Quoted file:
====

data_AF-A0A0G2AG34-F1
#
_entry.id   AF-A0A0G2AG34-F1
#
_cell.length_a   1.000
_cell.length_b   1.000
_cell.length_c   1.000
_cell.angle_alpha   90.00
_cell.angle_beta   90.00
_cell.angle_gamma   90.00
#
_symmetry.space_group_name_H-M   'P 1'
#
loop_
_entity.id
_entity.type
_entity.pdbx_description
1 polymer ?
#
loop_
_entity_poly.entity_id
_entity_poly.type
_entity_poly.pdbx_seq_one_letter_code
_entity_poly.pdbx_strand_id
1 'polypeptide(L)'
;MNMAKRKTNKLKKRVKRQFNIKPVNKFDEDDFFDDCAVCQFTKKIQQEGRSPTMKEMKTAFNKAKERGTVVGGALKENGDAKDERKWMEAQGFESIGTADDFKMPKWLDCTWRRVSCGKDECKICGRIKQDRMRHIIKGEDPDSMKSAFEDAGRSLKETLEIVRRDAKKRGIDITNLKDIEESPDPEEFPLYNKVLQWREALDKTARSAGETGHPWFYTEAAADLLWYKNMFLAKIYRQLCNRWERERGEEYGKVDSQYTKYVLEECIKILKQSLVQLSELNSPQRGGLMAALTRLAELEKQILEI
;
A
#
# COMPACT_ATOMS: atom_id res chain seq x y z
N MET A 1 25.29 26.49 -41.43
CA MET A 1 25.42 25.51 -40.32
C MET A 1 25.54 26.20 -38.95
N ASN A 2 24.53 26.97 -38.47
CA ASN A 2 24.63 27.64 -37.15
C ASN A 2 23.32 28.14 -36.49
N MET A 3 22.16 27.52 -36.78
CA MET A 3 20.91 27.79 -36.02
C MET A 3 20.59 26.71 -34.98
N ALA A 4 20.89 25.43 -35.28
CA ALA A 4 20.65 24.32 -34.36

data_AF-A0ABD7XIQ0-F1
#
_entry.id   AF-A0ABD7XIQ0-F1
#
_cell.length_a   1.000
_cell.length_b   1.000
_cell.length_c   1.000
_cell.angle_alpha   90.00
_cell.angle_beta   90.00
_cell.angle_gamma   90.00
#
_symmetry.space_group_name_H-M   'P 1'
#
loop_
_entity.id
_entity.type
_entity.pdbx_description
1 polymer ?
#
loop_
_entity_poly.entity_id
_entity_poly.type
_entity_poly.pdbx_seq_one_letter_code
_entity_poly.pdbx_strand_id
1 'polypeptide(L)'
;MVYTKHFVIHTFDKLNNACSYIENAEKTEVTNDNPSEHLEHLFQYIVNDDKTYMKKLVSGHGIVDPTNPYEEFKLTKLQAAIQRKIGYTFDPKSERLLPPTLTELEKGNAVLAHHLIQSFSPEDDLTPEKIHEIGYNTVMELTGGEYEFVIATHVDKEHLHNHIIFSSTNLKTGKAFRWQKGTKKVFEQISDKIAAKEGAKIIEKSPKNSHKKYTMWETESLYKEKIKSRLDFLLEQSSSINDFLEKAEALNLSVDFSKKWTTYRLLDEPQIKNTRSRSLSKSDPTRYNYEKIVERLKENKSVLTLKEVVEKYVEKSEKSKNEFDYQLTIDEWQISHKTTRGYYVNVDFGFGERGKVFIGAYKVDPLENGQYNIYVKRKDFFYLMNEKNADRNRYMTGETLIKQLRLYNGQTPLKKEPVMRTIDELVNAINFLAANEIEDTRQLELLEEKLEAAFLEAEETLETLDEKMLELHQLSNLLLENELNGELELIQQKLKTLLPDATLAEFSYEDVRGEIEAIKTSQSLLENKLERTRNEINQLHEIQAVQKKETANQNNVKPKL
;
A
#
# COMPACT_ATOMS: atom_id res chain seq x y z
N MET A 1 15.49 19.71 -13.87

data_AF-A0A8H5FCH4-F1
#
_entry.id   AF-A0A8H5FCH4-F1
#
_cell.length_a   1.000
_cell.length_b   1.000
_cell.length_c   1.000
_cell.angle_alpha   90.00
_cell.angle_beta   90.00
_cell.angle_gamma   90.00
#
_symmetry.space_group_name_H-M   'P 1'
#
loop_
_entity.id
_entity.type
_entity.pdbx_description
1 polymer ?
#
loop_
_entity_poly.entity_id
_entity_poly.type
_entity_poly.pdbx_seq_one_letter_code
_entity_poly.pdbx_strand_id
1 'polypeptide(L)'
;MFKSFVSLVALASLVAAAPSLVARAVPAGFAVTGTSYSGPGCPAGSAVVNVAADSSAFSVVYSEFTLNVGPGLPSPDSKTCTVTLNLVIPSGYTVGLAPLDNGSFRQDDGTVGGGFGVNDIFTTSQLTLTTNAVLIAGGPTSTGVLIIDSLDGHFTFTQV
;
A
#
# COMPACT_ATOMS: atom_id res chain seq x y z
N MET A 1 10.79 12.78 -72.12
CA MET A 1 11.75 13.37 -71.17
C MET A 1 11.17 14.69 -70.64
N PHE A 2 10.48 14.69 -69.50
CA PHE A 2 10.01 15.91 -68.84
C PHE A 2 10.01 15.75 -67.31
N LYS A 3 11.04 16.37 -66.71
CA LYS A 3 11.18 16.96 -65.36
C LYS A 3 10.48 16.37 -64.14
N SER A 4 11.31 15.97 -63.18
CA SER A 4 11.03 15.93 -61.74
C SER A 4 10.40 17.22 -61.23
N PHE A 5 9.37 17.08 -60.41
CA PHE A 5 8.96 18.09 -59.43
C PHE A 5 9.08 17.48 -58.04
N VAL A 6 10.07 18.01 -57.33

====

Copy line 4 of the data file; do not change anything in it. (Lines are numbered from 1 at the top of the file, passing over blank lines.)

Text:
#